By Bryan Clark Post Register
Incumbent Rep. Julie VanOrden, R-Pingree, faces a primary challenge from the right this year. Julianne Young, a Blackfoot stay-at-home mother, is challenging VanOrden for the District 31B House seat.
District 31 encompasses Bingham County. VanOrden, who serves as chairwoman of the House Education Committee, said sheâ€™s running to continue â€śmaking a differenceâ€ť in Idahoâ€™s education policy.
â€śI still have some legislation that needs to be run,â€ť VanOrden said. â€śI donâ€™t think weâ€™ve fully implemented all of the governorâ€™s task force recommendations.â€ť
Young said she was motivated by concerns over proposed changes to the stateâ€™s sex education system, which she said would have harmed parental rights.
â€śThere were some concerns of Bingham County residents that were not being heard,â€ť Young said. â€śI am a person who for a long time has championed more grassroots actions.â€ť
VanOrden says that sex education bill was meant to address technical legal problems in the stateâ€™s current sex education law. She said sheâ€™s proud of recent work to increase teacher pay through the career ladder, which has resulted in reduced turnover rates in Idaho schools.
â€śWeâ€™ve made some good changes, and weâ€™ve been able to increase teacher pay,â€ť she said. â€śWe want to be able to produce good, educated workers.â€ť
VanOrden said she was also proud to launch a pilot program that allows residents living far from Boise to give remote testimony on bills coming before the Legislature. Young said she is concerned that there is excess â€śbureaucratic wasteâ€ť in the stateâ€™s education system.
She pointed to recent funding for an investigation of the stateâ€™s teacher evaluation system, which she characterized as â€śan evaluation of the evaluationsâ€ť as such an example. â€śWhat a waste,â€ť she said.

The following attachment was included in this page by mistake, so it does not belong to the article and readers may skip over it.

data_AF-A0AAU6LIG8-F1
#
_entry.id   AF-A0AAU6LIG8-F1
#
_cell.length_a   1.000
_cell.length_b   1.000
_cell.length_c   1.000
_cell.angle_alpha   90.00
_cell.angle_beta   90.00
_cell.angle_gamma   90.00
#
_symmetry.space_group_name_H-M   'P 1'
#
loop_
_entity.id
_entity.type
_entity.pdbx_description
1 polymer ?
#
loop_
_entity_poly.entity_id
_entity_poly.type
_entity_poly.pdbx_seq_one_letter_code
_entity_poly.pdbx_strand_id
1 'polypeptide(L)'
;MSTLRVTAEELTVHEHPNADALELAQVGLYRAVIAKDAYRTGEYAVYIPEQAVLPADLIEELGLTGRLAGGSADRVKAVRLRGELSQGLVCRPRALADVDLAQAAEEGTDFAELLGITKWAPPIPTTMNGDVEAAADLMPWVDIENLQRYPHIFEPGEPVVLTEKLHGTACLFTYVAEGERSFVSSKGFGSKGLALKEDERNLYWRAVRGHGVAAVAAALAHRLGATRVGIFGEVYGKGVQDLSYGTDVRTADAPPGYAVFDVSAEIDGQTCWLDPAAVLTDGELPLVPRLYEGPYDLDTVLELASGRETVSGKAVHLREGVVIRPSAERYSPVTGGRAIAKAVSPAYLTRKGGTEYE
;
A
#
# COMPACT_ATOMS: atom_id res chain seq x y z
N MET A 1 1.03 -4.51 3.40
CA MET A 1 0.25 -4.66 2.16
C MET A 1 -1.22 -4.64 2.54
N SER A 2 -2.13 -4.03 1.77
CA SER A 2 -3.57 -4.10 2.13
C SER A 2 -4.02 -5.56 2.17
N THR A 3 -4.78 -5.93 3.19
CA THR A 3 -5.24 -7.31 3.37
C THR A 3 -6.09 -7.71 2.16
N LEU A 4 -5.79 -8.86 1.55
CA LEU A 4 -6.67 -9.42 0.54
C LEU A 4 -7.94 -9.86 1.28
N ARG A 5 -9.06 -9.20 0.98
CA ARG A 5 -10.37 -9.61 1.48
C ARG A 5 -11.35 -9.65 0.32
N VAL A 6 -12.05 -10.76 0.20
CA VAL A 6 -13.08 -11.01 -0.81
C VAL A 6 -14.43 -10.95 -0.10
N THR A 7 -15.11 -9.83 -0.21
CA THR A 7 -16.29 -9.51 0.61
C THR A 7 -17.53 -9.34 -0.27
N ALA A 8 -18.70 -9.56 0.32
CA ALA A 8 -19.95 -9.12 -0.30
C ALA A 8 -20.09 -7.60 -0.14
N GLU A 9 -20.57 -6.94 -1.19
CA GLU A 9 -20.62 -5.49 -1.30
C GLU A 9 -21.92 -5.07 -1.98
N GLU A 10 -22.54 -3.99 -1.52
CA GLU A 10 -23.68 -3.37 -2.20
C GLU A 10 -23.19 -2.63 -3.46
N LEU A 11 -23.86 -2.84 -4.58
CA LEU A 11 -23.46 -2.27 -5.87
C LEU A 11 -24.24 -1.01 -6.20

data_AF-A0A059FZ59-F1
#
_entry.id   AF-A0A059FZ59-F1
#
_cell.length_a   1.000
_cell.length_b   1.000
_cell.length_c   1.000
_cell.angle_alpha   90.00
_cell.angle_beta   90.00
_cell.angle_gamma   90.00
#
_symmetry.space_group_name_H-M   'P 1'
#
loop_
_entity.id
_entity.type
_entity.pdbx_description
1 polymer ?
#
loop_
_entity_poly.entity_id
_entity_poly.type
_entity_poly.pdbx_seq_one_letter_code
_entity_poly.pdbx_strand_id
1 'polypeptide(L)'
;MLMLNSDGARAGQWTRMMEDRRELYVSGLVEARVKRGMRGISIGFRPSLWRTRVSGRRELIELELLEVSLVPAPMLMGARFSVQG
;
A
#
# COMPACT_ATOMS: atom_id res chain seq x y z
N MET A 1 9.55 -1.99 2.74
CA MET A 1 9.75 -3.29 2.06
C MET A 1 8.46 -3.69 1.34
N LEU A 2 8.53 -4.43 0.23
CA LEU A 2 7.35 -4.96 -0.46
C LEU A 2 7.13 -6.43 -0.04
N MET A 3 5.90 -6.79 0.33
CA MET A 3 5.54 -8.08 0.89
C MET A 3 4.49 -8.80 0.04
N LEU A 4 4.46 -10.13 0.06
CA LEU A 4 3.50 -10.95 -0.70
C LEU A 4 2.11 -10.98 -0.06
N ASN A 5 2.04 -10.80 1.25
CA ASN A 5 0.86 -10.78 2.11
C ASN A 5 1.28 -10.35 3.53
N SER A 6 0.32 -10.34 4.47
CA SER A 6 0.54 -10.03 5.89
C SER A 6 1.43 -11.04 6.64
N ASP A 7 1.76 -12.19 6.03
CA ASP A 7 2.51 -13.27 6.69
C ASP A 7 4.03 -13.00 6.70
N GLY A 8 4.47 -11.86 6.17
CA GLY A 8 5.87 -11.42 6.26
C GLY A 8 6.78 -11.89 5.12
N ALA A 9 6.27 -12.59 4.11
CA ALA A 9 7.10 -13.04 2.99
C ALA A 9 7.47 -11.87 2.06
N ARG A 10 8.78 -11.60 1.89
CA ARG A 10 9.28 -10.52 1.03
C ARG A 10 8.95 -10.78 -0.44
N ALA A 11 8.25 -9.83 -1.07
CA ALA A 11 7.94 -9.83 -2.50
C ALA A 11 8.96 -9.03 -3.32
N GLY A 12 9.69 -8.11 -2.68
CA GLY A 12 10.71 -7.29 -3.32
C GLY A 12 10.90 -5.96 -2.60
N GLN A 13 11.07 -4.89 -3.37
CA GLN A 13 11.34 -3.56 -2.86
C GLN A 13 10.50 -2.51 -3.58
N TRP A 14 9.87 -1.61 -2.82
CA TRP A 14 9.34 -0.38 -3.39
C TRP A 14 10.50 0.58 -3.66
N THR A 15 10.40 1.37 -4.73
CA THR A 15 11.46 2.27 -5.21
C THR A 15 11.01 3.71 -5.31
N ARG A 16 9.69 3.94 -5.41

Young said she opposes Medicaid expansion because she worries it could cost the state more than expected.
â€śStates that have expanded (Medicaid) are facing a financial disaster,â€ť she said.
She said she would support measures such as allowing the purchase of insurance across state lines and allowing the sale of plans that donâ€™t comply with the federal Affordable Care Act.
VanOrden said she thought the Legislature was close to finding a solution for the Medicaid gap population â€” families who make too much to qualify for Medicaid but not enough to qualify for Affordable Care Act subsidies â€” with this yearâ€™s proposed â€śdual waiverâ€ť program, which was killed without a floor vote in the House.
With small changes, she thinks a similar policy could be enacted next session.
â€śI think we were close this year,â€ť she said.
On tax policy, VanOrden said she previously opposed repeal of the sales tax on groceries, fearing that it could endanger state public school budgets.
But she supported a large income tax cut that passed this year. She said she favors a wide variety of tax cuts, so long as they donâ€™t put the school system at risk.
Young said she supports repealing the grocery tax, but agreed that its impact on state budgets has to be examined closely.
â€śI am a proponent for cutting taxes any time you can, but of course we have responsibilities,â€ť she said.
No Democrat has filed in the race, so the Republican primary is likely to determine the final outcome of the race.